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Rebellion Record: a Diary of American Events: Documents and Narratives, Volume 9. (ed. Frank Moore) 22 12 Browse Search
John Bell Hood., Advance and Retreat: Personal Experiences in the United States and Confederate Armies 18 4 Browse Search
The Daily Dispatch: February 22, 1864., [Electronic resource] 12 0 Browse Search
William F. Fox, Lt. Col. U. S. V., Regimental Losses in the American Civil War, 1861-1865: A Treatise on the extent and nature of the mortuary losses in the Union regiments, with full and exhaustive statistics compiled from the official records on file in the state military bureaus and at Washington 10 0 Browse Search
Benson J. Lossing, Pictorial Field Book of the Civil War. Volume 3. 9 3 Browse Search
Edward L. Pierce, Memoir and letters of Charles Sumner: volume 3 8 0 Browse Search
Horace Greeley, The American Conflict: A History of the Great Rebellion in the United States of America, 1860-65: its Causes, Incidents, and Results: Intended to exhibit especially its moral and political phases with the drift and progress of American opinion respecting human slavery from 1776 to the close of the War for the Union. Volume II. 8 0 Browse Search
Southern Historical Society Papers, Volume 37. (ed. Reverend J. William Jones) 5 1 Browse Search
John G. Nicolay, The Outbreak of Rebellion 4 2 Browse Search
Oliver Otis Howard, Autobiography of Oliver Otis Howard, major general , United States army : volume 1 4 0 Browse Search
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Browsing named entities in Southern Historical Society Papers, Volume 37. (ed. Reverend J. William Jones). You can also browse the collection for Iverson or search for Iverson in all documents.

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Southern Historical Society Papers, Volume 37. (ed. Reverend J. William Jones), Work of the Ordnance Bureau of the war Department of the Confederate States, 1861-5. (search)
tached from Sherman's army in front of Atlanta with a view to destroying the Macon works and releasing the Federal prisoners at Andersonville. We were out for a couple of days and nights and intermittantly under fire for several hours, with a few casualties, when the enemy was driven off by the small Confederate force, consisting of a fragment of a Tennessee battalion, some Georgia troops and the ordnance command, and a day or two later, Stoneman with about 700 mounted men surrendered to Gen. Iverson who had been sent after him. When brought into Macon as prisoners of war, Gen. Stoneman and his staff officers, who were jaded by hard riding and lack of sleep on their raid, seemed much mortified on learning by what sort of force they had been repelled. Again, in the latter part of November of the same year, Gen. Sherman, having begun his march to the sea, the fifteenth corps of his army, with Kilpatrick's cavalry forming the extreme right of the army, made a feint upon Macon, and ther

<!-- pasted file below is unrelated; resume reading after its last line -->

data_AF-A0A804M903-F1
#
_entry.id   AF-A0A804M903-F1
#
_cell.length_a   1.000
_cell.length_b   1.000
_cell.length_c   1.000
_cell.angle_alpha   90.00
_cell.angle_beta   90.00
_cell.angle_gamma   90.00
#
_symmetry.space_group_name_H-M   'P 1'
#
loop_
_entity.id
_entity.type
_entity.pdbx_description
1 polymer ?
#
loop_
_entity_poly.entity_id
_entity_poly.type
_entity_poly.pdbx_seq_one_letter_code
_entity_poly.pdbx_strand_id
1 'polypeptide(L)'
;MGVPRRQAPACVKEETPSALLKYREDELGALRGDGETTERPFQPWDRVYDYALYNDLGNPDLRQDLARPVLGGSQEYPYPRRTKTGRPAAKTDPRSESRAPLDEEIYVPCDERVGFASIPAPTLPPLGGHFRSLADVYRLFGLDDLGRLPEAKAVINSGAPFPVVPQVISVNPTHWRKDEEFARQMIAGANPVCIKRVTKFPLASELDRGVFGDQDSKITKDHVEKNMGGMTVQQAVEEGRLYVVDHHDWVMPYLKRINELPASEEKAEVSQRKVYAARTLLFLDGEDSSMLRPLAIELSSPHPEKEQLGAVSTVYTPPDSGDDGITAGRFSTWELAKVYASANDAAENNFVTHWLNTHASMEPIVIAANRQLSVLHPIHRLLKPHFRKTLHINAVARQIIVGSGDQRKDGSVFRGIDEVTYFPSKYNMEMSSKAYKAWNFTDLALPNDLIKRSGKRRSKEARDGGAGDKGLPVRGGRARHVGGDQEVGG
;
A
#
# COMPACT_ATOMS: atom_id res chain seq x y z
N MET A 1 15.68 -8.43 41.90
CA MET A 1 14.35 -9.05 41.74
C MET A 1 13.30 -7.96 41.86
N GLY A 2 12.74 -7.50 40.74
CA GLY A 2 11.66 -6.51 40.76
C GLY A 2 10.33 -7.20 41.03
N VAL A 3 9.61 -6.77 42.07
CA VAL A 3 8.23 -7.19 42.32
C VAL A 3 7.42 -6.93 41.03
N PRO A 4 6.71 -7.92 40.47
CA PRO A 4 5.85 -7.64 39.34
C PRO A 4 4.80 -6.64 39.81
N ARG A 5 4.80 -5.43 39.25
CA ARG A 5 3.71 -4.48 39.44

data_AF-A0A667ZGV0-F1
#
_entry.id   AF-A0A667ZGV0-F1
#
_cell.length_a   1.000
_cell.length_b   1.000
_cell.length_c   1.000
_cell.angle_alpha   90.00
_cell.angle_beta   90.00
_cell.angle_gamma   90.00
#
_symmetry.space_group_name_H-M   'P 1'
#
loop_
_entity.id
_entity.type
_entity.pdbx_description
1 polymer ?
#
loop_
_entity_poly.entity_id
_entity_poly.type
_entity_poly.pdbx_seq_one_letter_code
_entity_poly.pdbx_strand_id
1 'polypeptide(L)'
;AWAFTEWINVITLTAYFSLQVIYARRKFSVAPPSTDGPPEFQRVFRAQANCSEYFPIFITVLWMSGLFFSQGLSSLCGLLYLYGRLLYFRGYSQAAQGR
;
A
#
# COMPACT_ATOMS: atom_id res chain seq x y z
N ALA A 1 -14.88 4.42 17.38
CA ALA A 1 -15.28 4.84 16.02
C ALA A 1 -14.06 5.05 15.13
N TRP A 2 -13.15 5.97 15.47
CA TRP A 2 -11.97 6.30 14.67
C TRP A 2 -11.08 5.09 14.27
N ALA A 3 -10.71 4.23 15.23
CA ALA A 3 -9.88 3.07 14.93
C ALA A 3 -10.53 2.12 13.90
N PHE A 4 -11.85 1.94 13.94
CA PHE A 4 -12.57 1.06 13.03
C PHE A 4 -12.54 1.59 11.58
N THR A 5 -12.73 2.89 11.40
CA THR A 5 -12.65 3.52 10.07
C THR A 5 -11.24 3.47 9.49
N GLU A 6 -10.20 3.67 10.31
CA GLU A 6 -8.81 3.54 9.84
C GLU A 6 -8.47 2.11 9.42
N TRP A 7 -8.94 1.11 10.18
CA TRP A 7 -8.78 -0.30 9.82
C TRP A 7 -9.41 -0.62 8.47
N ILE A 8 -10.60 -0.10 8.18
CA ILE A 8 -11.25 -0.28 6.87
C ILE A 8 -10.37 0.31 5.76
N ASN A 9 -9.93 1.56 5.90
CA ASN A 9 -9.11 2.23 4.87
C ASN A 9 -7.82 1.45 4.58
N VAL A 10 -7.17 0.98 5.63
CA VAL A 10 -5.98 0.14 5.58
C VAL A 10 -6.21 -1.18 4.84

Southern Historical Society Papers, Volume 37. (ed. Reverend J. William Jones), Review of the Gettysburg campaign. (search)
ranks evenly dressed, at right angles to Heath's front, with the purpose of taking the enemy in flank and rear. The distance to be traversed was greater than expected, and unexpected obstacles made several changes of direction necessary. Before the enemy was reached, Robinson's division had been moved forward to connect with Wadsworth's right, forming at the junction, the apex of an angle, while Schurz's division was pushed forward on Robinson's right, leaving, however, a gap between. Iverson's and O'Neil's brigades, sent forward by Rodes, missed their direction, and became involved in much confusion, during which they suffered a flank attack themselves, and met with stunning losses. The remaining brigades fared better and after a severe struggle, succeeded in forcing back their opponents. The appearance of Rodes was the signal for Pender's advance. Heth's men opening ranks, Pender's swept through them with extended front and the combatants were again locked in deadly embr
Southern Historical Society Papers, Volume 37. (ed. Reverend J. William Jones), Index. (search)
race, asked to bring about speedy trial of Jefferson Davis, 214, 252. Grimes', Battery, Centennial of, 169. Hampton Gen. Wade, 35. Halleck, Gen. 99. Harrison, Capt. Carter B., 56 Heckman's Brigade? Who captured, 181. Heth, Gen., intended to cover his error, 369. Hodges, Col. James G., 184; where he fell, 195. Hoffman, Fred., of Color Guard, 275. Hooker. Gen. Joseph, 82,98. Huidekoper, H. S, 290. Huse, Col. Caleb, 2. Iron-clad car exploded by shot, 354. Iverson, Gen. A., 17. Johnson's Division, 173. Johnson, Capt. Elliot, 213. Johnston, Gen., 18. Jones' Battalion of Artillery, 328. Jones, Col. Beuhring, 349. Jones Col. H. P., 176, Jones, Lieut. J. Pembroke, 51. Kane, Dr. E. K., 42 Kieffer, Henry M., 299. Kenny, Lt. Col., 16. Lamb, Col. Wm., 3. Lawson. Gallant exploit of Capt. Campbell. 320. Lehman, Franklin W., 273. Logan. Mrs. John A., 366. Lomax, Gen. L. L., 177. Longstreet, Gen. Old Pete, 78, 126.